The parents were absent again today. Did anyone really think they would show up?
Today ended the hearing. There were only 3 witnesses that actually testified and a lot of information entered into evidence as well as the closing arguments.
When court began, the first witness was (S)'s therapist. She gave what was in my opinion very compelling testimony as to the impact that the parents have had on (S)'s life and most likely on all the children's lifes. She was very concerned about the potential regression if she were to be reunited with her parents. She said there would be extenisve counselling required with the parents and she has had 5 meetings set up with mom and mom has been a no-show at 3 of them. This lack of committment would not allow for the necessary counselling to take place. She also said that when she did have the chance to meet with mom, she was not truthful with her. This certainly would not be helpful in counselling.
After that there was a lot of legal manueverings taking place and meetings in chambers that we were not privy to. It seems that there were some problems with getting witnesses to arrive on time and other things to occur. It wasn't until about 3 1/2 hours after the recess that court reconvened. There were only two more witnesses called. Both of whom were testifying to the fact that mom and dad were spending a lot of time together and were certainly not separated as the first judge had thought.
It was then time for closing arguments. The longest argument went to the District Attorney. You could tell he didn't want to miss anything or leave anything out. He wanted to make sure that the judge had as much information as possible to terminate parental rights. I think he was successful, although he may have gotten a little carried away. I say that because at one point when he said "This is like overtime"....The judge interupted and said "When we get to the sports analogies, we have probably heard enough. Your closing argument has been longer than your case."
The lamest argument has to go to dad's lawyer. This is no reflection on the lawyer who is certainly competant and the type of a guy I think I could be friends with, but the fact that he had the lamest client any lawyer has ever had to put up with. I think dad not showing up only helped him through this hearing.
The most well thought out argument was the one made by the mother's lawyer. While it seemed to be well thought out, it didn't seem to be of significant substance, and i don't think swayed the judge much one way or the other.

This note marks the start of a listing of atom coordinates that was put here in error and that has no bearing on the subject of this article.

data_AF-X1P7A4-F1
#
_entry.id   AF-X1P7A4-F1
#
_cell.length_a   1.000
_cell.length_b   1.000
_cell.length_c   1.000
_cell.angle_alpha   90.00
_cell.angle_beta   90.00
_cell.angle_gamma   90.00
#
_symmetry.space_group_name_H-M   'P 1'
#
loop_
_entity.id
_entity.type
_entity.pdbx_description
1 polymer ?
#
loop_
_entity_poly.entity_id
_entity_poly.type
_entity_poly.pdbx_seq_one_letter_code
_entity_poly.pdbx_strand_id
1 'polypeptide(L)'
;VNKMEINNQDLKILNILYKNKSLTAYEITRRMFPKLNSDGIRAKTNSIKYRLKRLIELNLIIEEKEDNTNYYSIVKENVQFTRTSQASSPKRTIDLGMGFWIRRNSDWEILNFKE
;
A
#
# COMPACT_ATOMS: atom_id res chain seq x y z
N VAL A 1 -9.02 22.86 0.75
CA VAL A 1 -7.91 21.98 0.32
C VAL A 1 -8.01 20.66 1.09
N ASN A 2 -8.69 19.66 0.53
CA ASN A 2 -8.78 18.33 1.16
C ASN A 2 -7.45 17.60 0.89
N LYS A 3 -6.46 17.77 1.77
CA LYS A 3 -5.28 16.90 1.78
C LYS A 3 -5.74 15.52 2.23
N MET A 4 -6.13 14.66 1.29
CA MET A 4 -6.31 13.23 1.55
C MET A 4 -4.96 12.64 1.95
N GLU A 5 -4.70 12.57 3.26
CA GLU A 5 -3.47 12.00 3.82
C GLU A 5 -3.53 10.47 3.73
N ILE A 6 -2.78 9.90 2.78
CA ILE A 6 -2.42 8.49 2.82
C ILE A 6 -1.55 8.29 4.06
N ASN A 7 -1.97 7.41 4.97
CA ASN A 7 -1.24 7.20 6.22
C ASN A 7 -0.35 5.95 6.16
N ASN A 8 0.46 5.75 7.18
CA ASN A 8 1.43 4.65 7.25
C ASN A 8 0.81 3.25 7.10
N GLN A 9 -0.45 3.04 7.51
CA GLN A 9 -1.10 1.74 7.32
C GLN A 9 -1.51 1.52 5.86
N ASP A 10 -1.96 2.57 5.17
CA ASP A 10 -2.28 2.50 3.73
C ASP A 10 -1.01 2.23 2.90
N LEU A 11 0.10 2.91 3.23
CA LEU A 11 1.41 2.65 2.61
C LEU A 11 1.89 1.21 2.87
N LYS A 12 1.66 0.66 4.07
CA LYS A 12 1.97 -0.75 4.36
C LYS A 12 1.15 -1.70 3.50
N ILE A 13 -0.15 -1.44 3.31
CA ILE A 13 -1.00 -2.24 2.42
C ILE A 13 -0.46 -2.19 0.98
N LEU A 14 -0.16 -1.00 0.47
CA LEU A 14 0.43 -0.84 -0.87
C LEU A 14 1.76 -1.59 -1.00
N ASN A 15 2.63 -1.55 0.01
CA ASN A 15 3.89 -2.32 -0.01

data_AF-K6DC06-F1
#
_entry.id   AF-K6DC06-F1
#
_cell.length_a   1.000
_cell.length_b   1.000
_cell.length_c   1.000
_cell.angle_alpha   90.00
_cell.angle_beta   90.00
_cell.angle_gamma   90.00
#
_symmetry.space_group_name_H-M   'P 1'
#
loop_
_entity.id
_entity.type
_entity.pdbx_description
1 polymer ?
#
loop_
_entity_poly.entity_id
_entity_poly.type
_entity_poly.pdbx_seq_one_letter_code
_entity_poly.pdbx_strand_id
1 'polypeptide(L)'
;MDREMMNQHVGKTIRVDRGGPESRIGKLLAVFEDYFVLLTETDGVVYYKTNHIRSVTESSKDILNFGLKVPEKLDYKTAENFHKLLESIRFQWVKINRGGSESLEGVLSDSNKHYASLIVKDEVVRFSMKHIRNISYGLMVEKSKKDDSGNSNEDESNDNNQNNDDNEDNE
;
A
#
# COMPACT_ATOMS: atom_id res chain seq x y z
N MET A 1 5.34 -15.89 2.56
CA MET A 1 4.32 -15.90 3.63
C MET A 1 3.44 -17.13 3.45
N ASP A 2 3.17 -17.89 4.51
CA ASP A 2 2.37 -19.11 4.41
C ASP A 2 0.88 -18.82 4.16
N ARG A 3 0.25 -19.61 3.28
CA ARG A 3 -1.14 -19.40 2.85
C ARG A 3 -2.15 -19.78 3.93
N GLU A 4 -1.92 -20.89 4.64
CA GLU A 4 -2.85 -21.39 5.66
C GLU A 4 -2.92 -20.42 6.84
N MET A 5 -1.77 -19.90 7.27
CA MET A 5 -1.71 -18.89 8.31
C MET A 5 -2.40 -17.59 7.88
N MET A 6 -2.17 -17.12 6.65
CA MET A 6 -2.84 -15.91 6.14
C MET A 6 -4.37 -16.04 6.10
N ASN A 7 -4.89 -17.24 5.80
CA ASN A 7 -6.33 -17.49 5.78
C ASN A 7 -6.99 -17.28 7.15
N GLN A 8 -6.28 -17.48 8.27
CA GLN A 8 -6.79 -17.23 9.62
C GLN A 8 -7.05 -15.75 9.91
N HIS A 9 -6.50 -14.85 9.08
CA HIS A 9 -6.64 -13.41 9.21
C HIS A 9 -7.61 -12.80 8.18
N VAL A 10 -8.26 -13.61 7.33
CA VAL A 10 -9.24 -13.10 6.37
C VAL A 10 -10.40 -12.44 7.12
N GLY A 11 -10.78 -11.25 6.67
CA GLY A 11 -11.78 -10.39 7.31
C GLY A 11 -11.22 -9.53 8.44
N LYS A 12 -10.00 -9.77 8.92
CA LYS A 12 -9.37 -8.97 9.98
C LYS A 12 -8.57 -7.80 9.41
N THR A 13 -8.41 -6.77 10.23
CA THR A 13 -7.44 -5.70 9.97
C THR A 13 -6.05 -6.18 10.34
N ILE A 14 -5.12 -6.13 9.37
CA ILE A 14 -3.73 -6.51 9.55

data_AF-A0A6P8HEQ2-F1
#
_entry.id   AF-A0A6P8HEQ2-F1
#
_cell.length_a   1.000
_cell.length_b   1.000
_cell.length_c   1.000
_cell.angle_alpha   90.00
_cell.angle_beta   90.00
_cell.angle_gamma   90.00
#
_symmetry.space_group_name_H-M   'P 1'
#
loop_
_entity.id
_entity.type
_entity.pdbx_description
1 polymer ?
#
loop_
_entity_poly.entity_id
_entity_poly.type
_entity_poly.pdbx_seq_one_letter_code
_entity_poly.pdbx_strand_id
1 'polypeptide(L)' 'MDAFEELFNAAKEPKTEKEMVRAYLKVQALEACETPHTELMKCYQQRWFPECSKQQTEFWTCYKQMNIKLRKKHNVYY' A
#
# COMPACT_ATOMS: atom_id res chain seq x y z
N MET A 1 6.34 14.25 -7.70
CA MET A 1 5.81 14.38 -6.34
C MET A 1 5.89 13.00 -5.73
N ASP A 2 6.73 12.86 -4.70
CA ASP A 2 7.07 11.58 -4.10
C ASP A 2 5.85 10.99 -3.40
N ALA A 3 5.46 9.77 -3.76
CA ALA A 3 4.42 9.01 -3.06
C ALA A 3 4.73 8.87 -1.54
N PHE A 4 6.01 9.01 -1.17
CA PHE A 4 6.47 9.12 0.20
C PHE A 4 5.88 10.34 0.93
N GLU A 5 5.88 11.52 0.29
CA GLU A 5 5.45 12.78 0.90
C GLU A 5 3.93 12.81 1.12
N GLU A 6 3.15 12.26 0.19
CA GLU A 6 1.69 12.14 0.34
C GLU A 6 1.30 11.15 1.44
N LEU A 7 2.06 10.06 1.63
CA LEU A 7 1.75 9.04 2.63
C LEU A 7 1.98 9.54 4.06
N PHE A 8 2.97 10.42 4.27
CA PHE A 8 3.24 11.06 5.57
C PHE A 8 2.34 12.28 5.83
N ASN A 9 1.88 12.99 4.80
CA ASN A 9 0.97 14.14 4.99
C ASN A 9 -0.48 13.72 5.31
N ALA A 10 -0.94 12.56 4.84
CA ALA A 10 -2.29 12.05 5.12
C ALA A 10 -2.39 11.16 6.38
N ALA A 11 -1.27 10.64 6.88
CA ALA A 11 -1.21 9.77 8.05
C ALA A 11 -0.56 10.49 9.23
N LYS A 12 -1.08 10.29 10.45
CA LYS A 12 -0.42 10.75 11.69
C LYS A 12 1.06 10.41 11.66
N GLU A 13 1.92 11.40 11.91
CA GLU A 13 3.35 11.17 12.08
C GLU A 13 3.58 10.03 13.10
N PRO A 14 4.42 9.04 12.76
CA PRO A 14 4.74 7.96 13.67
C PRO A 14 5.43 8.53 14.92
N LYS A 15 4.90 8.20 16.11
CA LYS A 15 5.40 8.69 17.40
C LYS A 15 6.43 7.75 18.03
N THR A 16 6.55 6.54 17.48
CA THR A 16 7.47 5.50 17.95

The best closing argument has to go to the GAL. He was very passionate in his advocacy for the children. He emphasized the fact that these kids have been in limbo for almost 2 years and it was time to get the kids the stability they need. The best part of his argument, and the states case for that matter, was that all five childen have permanancy plans in place. There are foster parents with all 5 kids who are ready, willing, and able to adopt. We all know each other so there is high probablilty that the siblings will maintain contact. During his entire argument, the judge seemed to be connecting with what he was saying. She was nodding her head and paying close attention to what he said. She had no questions for him as he was complete with what he said and clarification was not needed.
So now it is up to the judge. She has mounds and mounds of evidence to analyze and then has to determine if the state has met its burden to terminate the parental rights.
Unforunately, of fortunately, depending on your position, it is the judges job to decide the case on the law. While what is best for the children has to enter into her thinking to some extent, if the state has not met its burden as outlined in the law, then the termination can not be granted. If on the other hand, the burden has been met and there is a belief that the children will be in jeopardy if the TPR is not granted then there is no choice but to grant the TPR. I would love to have a decision before Thanksgiving, but I think before Christmas is more likely.
It would be a wonderful Christmas present to be able to let these kids know that there will finally be some stability in their life. I hope Santa can bring them that.